New Chapter for
Campus Renovations | When Bennett Hall opened in 1925 to house womens education at Penn, The Gazette commended the artistic design and noted its well-lighted classrooms and large number of attractive offices, among other amenities.
Today the building might be better described by its limitations: Poor insulation from street noise. Worn finishes. Outdated bathrooms and elevators. Not to mention inefficient classroom and office space.
With these challenges in mind, Penns board of trustees in November approved $16.4 million in renovations to Bennett Hall, which is now home to the English and music departments, as well as the English language program and Latino and Latin American studies. This first phase of a two-part project should begin in the fall and last about 12 months, allowing the building to be reopened by the fall of 2005, according to Mark Wilson, managing director of facilities and real estate services. Bennetts last significant renovation took place in 1966.
The current spaces are below standard from the standpoint of accessibility, finishes, acoustics, HVAC, technology, and functionality, Wilson writes in an e-mail. At the same time, however, Bennett Hall is a historically and architecturally important building. The collegiate Gothic faŃade and, in particular, the prominent angled front entrance at 34th and Walnut, make Bennett Hall a campus landmark. He notes that some parts of the building have held up well over the years. The brick walls and limestone trim are in very good condition.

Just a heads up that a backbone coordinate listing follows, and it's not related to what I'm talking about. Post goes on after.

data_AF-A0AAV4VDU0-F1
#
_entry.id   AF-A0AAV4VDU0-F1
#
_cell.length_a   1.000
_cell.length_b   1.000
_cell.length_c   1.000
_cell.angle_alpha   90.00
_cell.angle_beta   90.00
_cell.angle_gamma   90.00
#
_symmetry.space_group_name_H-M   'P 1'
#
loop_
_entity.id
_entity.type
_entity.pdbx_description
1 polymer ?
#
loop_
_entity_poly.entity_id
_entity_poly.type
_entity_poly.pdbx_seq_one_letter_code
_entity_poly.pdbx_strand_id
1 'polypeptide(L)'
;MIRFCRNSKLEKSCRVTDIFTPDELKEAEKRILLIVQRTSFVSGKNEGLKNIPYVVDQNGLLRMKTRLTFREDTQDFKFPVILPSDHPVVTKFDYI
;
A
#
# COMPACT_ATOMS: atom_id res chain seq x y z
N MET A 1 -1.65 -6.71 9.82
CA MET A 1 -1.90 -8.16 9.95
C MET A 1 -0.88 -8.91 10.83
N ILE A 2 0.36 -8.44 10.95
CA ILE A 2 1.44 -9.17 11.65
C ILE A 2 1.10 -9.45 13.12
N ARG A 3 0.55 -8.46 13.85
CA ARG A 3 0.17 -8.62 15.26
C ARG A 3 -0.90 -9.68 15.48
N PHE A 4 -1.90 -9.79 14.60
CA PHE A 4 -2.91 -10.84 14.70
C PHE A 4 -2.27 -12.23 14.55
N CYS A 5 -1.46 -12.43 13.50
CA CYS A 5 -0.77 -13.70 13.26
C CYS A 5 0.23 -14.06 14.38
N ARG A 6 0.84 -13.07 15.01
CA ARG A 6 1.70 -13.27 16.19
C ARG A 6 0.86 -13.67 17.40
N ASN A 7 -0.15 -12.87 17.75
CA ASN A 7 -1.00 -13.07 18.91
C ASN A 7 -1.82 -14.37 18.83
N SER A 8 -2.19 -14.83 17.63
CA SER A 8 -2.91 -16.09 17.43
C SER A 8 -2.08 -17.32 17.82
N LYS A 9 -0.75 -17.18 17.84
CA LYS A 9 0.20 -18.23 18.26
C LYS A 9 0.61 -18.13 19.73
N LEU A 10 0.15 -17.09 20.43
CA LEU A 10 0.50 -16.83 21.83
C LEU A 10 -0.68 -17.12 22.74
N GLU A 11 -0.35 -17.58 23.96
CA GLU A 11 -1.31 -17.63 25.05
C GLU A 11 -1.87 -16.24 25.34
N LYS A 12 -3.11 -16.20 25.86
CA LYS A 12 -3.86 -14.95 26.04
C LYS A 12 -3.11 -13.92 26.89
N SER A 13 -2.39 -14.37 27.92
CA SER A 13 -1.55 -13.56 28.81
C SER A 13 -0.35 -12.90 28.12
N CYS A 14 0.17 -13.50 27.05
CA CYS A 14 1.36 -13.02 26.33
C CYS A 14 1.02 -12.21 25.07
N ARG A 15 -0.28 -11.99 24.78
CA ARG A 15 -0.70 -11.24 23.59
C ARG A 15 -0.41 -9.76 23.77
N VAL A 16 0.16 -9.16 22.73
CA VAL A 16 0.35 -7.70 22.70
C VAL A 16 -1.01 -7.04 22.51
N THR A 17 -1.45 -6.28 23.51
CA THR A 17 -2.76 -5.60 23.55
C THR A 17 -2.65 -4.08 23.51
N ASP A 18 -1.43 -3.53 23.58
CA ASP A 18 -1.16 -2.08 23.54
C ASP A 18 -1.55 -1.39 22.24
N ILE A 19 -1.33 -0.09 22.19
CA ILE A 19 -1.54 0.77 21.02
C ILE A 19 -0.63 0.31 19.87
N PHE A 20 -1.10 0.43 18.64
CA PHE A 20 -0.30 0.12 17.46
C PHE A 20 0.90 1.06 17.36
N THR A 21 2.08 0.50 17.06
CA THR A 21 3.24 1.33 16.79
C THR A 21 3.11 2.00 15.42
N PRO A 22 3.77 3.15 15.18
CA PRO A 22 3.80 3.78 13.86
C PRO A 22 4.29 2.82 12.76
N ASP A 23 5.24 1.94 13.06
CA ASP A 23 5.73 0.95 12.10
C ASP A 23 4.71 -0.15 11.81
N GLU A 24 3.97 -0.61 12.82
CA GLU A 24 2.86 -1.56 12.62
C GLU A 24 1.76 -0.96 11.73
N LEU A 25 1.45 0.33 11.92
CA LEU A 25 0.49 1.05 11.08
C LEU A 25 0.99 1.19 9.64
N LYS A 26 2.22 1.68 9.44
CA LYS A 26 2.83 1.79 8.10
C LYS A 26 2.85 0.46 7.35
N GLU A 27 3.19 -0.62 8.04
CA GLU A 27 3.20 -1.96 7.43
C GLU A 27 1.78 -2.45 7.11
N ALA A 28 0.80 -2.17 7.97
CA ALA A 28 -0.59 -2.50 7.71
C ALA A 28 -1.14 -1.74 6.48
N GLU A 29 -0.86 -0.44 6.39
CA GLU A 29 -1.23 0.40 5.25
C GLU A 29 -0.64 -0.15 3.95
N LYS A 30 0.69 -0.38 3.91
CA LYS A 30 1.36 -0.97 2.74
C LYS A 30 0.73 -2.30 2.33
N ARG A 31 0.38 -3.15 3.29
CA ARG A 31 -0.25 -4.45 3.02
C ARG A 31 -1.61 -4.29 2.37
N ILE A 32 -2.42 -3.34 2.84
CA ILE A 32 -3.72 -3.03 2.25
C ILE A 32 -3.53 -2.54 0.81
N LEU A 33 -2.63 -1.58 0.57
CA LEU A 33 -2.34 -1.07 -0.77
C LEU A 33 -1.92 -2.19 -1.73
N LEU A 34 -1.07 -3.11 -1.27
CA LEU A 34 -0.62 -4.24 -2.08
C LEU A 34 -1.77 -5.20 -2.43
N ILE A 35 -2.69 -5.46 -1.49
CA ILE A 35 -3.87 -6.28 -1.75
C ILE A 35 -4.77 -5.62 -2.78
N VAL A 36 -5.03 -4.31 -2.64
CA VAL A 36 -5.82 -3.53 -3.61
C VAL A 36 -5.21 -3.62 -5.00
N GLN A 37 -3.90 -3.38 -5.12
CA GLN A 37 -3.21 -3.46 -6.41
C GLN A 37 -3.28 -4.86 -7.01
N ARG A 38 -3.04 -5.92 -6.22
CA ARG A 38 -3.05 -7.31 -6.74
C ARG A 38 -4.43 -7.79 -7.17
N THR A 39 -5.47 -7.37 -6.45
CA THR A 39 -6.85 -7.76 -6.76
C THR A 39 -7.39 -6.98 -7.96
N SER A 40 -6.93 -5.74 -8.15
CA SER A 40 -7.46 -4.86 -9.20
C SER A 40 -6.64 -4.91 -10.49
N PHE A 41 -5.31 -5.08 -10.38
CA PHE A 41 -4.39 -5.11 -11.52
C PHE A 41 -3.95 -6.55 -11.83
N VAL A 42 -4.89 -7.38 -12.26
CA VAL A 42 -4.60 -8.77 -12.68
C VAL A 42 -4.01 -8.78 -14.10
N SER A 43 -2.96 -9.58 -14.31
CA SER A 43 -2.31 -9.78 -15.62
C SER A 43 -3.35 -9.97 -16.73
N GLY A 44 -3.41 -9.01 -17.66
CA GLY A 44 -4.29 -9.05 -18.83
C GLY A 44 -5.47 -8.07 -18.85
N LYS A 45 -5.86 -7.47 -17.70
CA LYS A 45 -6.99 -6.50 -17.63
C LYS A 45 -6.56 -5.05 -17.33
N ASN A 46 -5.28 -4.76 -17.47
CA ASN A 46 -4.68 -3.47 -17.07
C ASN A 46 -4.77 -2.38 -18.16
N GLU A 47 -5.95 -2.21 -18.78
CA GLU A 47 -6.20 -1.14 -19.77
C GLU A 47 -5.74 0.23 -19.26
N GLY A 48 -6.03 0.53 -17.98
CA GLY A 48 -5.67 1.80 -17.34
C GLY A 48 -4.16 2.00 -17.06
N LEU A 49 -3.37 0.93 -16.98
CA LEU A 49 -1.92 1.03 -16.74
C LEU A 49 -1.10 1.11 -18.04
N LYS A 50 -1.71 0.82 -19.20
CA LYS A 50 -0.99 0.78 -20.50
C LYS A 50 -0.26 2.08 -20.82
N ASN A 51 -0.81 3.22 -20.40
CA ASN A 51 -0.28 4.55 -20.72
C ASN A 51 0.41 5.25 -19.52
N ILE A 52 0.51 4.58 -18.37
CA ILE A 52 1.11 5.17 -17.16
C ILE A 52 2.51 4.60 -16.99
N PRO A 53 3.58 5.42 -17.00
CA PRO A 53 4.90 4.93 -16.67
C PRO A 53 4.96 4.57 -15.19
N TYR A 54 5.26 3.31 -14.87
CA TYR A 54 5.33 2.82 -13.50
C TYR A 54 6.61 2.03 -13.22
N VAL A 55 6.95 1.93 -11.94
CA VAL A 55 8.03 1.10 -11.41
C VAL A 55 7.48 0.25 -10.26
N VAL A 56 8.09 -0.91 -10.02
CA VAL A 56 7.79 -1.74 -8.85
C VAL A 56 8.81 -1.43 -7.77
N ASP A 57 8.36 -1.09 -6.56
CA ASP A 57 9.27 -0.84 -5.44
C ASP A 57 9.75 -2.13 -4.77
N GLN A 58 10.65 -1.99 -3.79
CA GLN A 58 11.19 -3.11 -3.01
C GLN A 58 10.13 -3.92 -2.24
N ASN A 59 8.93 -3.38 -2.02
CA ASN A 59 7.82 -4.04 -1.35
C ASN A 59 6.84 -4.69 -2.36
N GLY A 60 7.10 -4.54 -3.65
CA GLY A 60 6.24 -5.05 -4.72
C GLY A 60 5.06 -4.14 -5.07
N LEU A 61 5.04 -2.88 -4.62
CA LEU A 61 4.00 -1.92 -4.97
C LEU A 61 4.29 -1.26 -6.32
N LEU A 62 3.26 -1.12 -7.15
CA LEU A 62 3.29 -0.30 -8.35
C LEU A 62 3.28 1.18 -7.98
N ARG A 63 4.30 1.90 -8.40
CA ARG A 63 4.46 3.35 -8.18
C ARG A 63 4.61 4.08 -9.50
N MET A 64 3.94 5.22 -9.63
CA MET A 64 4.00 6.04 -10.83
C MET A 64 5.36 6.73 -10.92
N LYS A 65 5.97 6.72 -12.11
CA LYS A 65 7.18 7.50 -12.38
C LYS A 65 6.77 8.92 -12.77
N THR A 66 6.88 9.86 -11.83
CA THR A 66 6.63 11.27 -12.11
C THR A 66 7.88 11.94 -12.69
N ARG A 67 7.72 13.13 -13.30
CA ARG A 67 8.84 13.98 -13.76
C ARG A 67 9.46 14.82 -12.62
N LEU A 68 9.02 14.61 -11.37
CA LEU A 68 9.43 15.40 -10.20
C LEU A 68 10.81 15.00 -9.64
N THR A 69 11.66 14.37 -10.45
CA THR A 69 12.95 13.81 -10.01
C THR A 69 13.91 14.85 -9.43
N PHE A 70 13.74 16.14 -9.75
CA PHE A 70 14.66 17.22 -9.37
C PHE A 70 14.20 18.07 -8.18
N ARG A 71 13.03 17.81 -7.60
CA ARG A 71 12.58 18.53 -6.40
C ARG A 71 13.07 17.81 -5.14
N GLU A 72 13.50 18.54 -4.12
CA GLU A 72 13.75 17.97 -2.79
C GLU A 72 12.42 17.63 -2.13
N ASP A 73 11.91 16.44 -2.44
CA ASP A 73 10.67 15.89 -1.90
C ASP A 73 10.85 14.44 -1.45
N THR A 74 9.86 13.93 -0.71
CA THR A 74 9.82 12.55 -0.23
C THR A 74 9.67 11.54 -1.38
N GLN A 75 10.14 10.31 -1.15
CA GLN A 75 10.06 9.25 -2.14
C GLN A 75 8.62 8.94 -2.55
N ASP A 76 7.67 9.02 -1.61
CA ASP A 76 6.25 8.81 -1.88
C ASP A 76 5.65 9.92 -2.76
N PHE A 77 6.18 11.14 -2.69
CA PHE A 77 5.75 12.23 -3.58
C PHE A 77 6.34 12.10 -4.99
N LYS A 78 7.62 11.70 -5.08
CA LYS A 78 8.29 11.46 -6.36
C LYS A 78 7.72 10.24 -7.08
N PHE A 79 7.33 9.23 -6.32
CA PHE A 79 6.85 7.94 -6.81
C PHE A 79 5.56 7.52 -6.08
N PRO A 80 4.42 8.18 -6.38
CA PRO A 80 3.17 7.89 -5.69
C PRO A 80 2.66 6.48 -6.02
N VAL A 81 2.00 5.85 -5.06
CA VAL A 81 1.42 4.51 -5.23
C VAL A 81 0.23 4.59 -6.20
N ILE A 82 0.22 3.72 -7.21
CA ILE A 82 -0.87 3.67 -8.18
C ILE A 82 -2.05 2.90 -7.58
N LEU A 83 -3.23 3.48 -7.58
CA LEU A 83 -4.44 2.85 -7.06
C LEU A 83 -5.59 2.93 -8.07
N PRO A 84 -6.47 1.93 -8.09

The first phase of work includes updating the HVAC, electrical wiring, fire, and security systems as well as replacing windows and overhauling spaces throughout the building (except on the fourth floor).
The renovations will be paid for through the School of Arts and Sciences bank fund, gifts, and an internal loan. When more money becomes available, an additional $2.9 million in renovations is proposed to replace windows and accommodate numerous classrooms and music performance and practice spaces on the fourth floor. S.F..
2004 The Pennsylvania Gazette
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